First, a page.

The infant girl with Rett syndrome is nondysmorphic, with a head circumference that is normal at birth but that begins to decelerate in its growth at 2 to 3 months of age. The other growth parameters (ie, height, weight, hand, foot size) decline later. Autopsies of patients with Rett syndrome of various ages reveal that all organs, except the adrenal gland, are small for the age of the patient but not for the height. The brain, however, is an exception. The average brain weight is 900 g, the brain weight of a 1-year-old infant. Thus, the weight of the Rett syndrome brain is significantly less than that of the brain of nonRett syndrome controls for age and for height (Figure 1). The identification of this preferential involvement of the brain suggested that Rett syndrome was a disease of the nervous system. This has been endorsed by the observations that MECP2 is expressed primarily in neurons. The weight of the Rett syndrome brain does not decrease significantly with age, so atrophy does not account for the small size, an observation that has been confirmed by imaging studies of patients with Rett syndrome.
The decrease in brain weight is not generalized. The cerebral hemispheres are affected more than the cerebellum. The brainstem weights have not been compared with those of nonRett syndrome brains because of the various techniques of brainstem dissection (Figure 2). Imaging studies define alterations in brain volumes in prefrontal, posterior frontal, and anterior temporal regions, with relative preservation in the posterior temporal and posterior occipital regions.[44,45]
With routine examinations, the Rett syndrome brain reveals no obvious alteration in the blood vessels, cranial nerves, gyri, white matter, basal ganglia, cerebellum, brain stem, or spinal cord, although these have not been evaluated quantitatively in detail. Single reports of cerebellar and spinal cord neuronal loss with time have been recorded,[46,47] and there have been no consistent reports of changes in glia or in the accumulation of lipofuschin. Kaufmann found some increase in glial fibrillary acidic protein expression but could not determine if this is a primary or a secondary phenomenon. It has been generally concluded that no recognizable degenerative, demyelinating, or gross malformative process explains the Rett syndrome phenotype.
Studies of the Cerebral Cortex
To study the decreased size of the Rett syndrome brain, the cerebral cortex was examined with the Golgi technique. Pyramidal neurons of layers III and V of the frontal, motor, occipital, superior temporal, and inferior temporal cortices and layers II and IV of the subicular cortex and the neurons of Ca1 of the hippocampus were evaluated using camera lucida drawings and the Scholl analysis. There was a significant decrease in the dendritic territories in Rett syndrome of the frontal, motor, and subicular cortices when compared with nonRett syndrome cases and trisomy 21 cases.[48,49] The decreased dendritic territories in selected regions of the Rett syndrome brain correlated with other observations that defined in the cortex, thalamus, basal ganglia, amygdala, and hippocampus a decreased neuronal size and in the hippocampus an increased neuronal packing density. Casanova and colleagues studied cortical minicolumns in areas 9, 21, and 22 in five Rett syndrome brains. The minicolumns are reduced in size, significantly so, in area 21. The minicolumn is defined as the smallest functional unit of the cerebral cortex, and its diminished size in Rett syndrome could reflect the decreased dendritic branching of neurons that was observed in the Golgi studies or other undefined associations. Belichenko and colleagues made quantitative studies observing a decreased number of neurons in layers II and III of the frontal and temporal cortices, and in the speech cortex a normal number of neurons, a preservation of the size differences between the dominant and nondominant hemispheres, and reduced numbers of parvalbumin-positive interneurons and synaptic sites. Belichenko and colleagues observed decreased numbers of dendritic spines and afferent axons in the frontal cortex of four patients with Rett syndrome.[54,55]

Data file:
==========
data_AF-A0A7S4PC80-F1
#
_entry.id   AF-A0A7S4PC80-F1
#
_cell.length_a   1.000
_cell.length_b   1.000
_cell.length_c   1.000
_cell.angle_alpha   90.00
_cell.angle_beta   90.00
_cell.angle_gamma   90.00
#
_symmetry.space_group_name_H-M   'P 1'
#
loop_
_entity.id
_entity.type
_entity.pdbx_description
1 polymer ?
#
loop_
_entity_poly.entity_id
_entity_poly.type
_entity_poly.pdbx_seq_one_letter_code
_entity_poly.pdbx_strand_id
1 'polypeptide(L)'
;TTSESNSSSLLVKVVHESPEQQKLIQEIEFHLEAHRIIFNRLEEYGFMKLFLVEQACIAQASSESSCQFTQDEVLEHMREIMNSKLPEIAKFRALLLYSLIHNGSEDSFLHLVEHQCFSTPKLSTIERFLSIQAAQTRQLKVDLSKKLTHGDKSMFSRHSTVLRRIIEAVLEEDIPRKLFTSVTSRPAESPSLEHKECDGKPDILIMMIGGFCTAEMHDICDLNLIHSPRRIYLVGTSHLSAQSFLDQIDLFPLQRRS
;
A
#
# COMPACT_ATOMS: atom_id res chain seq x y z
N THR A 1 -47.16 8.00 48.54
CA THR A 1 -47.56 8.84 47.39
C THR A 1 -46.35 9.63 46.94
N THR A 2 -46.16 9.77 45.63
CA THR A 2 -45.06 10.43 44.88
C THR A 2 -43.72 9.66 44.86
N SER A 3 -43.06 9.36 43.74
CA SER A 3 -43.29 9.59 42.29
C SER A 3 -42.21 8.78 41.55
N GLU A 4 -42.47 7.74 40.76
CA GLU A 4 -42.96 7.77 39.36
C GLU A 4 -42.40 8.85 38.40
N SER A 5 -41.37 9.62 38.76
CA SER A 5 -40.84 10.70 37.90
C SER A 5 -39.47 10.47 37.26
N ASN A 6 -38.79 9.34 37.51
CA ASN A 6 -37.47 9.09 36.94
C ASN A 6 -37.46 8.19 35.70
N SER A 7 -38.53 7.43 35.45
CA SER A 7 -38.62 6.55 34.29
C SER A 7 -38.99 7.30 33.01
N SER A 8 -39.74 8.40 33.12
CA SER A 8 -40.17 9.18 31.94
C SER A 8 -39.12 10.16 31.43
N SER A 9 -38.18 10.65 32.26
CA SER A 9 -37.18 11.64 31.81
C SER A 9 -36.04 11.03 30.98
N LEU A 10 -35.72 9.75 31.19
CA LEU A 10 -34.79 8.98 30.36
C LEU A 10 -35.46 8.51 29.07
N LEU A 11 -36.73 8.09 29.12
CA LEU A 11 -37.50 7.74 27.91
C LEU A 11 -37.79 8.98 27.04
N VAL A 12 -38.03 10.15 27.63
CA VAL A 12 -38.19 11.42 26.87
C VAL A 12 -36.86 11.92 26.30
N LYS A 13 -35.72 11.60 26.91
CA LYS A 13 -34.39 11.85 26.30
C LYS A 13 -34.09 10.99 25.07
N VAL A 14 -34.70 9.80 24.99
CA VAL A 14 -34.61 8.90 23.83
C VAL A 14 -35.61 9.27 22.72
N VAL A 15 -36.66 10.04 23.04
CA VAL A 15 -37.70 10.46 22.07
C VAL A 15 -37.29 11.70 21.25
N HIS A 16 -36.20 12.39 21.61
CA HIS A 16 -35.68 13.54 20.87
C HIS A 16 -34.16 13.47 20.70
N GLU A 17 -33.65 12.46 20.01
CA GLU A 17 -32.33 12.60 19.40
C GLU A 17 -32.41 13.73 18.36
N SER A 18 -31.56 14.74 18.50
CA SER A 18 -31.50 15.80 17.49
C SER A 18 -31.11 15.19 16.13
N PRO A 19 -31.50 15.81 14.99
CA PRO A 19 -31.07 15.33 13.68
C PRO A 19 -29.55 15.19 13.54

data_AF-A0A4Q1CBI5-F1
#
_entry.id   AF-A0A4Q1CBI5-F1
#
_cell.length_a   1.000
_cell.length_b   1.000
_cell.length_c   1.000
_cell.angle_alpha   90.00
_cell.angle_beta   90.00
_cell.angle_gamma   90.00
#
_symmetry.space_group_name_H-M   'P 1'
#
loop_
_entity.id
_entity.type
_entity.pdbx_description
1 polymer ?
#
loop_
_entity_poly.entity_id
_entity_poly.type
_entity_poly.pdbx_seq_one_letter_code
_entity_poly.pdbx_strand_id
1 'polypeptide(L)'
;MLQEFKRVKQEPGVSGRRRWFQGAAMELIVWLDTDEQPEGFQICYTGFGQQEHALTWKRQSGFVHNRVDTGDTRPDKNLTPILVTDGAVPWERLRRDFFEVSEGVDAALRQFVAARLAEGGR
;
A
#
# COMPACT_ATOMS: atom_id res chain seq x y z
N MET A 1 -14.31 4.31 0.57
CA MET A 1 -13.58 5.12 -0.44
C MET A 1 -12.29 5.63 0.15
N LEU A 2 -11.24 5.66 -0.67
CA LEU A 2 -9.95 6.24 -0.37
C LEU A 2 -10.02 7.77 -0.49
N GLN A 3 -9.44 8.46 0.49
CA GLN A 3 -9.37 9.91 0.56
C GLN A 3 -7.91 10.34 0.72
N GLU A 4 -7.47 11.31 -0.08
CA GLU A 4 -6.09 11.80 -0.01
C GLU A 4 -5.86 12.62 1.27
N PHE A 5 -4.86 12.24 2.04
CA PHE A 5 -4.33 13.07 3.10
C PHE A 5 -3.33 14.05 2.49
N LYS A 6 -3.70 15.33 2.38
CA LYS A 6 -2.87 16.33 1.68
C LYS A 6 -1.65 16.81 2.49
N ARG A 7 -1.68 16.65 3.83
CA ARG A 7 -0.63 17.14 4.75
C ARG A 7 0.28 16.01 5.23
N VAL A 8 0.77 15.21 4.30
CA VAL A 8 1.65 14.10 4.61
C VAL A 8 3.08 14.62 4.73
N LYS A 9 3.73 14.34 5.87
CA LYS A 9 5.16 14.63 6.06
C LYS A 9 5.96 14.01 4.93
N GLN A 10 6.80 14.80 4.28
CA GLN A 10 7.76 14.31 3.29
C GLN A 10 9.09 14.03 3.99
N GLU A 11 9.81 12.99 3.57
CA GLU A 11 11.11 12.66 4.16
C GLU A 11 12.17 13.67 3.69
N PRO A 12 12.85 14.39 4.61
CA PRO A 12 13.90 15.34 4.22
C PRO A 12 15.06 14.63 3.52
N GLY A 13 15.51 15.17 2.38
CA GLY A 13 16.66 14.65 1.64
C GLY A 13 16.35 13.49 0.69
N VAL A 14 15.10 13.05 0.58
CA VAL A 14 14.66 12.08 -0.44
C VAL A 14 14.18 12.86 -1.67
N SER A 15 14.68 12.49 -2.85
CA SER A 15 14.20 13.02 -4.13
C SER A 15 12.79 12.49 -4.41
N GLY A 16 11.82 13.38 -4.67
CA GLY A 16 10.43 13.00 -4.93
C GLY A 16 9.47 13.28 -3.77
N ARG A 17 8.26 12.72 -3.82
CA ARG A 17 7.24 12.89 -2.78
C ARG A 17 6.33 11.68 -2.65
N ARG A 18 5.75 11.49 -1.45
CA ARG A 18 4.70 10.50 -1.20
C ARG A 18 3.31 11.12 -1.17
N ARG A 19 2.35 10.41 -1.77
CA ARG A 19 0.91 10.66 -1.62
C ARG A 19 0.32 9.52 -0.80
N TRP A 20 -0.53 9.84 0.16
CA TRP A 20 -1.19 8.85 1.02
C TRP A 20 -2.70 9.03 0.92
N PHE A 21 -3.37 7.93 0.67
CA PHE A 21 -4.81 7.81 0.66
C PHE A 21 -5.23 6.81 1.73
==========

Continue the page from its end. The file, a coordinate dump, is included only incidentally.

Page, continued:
Studies in Other Brain Regions
In the midbrain and substantia nigra, the large neurons of pars compacta have less melanin and tyrosine hydroxylase staining than controls. Imaging studies record decreased volumes of the midbrain, caudate, putamen, and thalamus. The neurons of the globus pallidus were observed on Golgi studies to have altered contours and appendages in the region of the upper extremity. In the cerebellum, a progressive loss of neurons with increasing age was observed in autopsy tissue, and by magnetic resonance imaging. In the spinal cord, there is a report of anterior horn neuronal loss and gliosis in the corticospinal tracts of two patients.